States on the tour include: Arizona, Arkansas, Colorado, Connecticut, Georgia, Illinois, Indiana, Iowa, Louisiana, Maine, Maryland, Massachusetts, Minnesota, Montana, Nevada, New Hampshire, New Jersey, New York, North Carolina, North Dakota, Ohio, Pennsylvania, Tennessee, Virginia, Wisconsin. For more information, please visit

About Mayors Against Illegal Guns

Since its creation in April 2006, Mayors Against Illegal Guns has grown from 15 members to more than 1,000 mayors from across the country. With more than 1.5 million grassroots supporters – including more than 81,000 in Ohio – the coalition is the largest gun violence prevention advocacy organization in the country. The bipartisan coalition, co-chaired by New York City Mayor Michael Bloomberg and Boston Mayor Thomas Menino, has united the nation's mayors around these common goals: protecting communities by holding gun offenders accountable; demanding access to crime gun trace data that is critical to law enforcement efforts to combat gun trafficking; and working with legislators to fix weaknesses and loopholes in the law that make it far too easy for criminals and other dangerous people to get guns. Learn more at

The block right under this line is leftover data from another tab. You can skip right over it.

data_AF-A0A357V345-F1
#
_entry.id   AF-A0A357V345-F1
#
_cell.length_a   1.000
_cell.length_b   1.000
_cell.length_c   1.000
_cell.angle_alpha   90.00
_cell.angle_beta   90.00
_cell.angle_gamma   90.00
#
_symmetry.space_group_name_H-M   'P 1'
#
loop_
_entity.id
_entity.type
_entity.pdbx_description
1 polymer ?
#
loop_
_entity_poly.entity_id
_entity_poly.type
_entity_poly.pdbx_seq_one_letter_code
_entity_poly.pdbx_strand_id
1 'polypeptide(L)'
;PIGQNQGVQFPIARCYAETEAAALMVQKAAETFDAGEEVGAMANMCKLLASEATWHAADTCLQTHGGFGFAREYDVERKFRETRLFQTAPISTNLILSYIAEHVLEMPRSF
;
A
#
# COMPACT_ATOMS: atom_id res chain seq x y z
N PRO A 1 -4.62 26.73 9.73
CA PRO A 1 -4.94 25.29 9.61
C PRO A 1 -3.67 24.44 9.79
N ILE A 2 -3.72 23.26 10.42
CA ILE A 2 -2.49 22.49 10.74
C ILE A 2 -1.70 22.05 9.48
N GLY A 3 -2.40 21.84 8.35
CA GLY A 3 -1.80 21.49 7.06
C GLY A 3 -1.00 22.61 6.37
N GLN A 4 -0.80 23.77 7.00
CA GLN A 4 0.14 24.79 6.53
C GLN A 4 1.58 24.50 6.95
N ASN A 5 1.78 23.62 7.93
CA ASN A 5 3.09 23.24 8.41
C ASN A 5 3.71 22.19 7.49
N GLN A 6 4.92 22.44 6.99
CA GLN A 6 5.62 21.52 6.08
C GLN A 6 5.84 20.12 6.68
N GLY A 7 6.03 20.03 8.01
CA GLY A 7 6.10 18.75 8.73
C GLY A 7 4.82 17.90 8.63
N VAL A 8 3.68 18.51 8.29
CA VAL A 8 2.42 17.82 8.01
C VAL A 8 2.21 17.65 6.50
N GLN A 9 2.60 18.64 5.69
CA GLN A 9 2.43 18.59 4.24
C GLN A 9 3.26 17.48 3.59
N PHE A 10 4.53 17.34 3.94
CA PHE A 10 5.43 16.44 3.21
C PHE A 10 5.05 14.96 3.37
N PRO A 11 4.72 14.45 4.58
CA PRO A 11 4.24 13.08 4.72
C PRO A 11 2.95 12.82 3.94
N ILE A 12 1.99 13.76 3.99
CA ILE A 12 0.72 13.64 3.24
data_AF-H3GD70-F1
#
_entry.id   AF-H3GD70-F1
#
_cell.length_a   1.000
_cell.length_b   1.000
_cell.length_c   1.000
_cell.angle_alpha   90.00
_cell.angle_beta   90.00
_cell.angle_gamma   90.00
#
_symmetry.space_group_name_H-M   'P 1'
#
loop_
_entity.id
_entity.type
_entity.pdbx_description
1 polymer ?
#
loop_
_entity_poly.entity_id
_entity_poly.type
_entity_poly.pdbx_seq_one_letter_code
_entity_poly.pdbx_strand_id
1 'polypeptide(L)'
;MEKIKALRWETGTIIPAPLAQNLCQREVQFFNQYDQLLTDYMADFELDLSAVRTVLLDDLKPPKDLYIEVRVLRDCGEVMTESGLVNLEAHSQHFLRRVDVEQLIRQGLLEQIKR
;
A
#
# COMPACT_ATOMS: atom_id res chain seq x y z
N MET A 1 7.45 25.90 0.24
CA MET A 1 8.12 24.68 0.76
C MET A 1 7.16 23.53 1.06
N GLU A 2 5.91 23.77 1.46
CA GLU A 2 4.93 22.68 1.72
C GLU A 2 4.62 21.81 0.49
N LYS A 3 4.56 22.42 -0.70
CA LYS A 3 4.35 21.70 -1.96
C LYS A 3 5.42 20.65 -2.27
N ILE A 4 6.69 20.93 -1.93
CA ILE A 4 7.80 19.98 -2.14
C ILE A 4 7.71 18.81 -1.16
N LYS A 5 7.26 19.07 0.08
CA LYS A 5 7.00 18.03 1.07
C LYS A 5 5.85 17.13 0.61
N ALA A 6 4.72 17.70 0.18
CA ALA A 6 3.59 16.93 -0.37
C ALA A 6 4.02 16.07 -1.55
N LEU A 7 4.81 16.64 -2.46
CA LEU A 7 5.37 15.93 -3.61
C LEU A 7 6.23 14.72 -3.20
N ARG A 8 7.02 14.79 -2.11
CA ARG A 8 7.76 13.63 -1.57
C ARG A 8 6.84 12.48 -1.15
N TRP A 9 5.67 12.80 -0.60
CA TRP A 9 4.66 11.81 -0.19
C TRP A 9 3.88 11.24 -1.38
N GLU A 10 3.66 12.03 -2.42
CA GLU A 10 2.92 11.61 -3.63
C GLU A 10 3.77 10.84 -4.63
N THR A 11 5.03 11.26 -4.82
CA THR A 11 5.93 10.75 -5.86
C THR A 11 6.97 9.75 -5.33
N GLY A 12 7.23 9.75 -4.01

[2] Daniel Webster, Jon Vernick, and Maria Bulzacchelli, "Effects of State-Level Firearm Seller Accountability Policies on Firearm Trafficking," Journal of Urban Health, July 2009.
[3] U.S. Department of Justice, Federal Bureau of Investigation, Supplementary Homicide Reports, 2010.
[4] Centers for Disease Control and Prevention, National Center for Injury Prevention and Control. Web-Based Injury Statistics Query and Reporting System (WISQARS) [online]. (2005) [cited 2012 Dec. 20].
[5] Federal Bureau of Investigation. LEOKA Database, 2001-2011 (Accessed Mar. 2013).
[6] Centers for Disease Control. Fatal Injury Reports. 2010.
[7] Bureau of Alcohol, Tobacco, Firearms and Explosives. 2009. Available at

Alex Katz: or 646-324-8245
Joy Cameron: or 505-681-0303
Lizzie Ulmer: or 269-271-2331

SOURCE Mayors Against Illegal Guns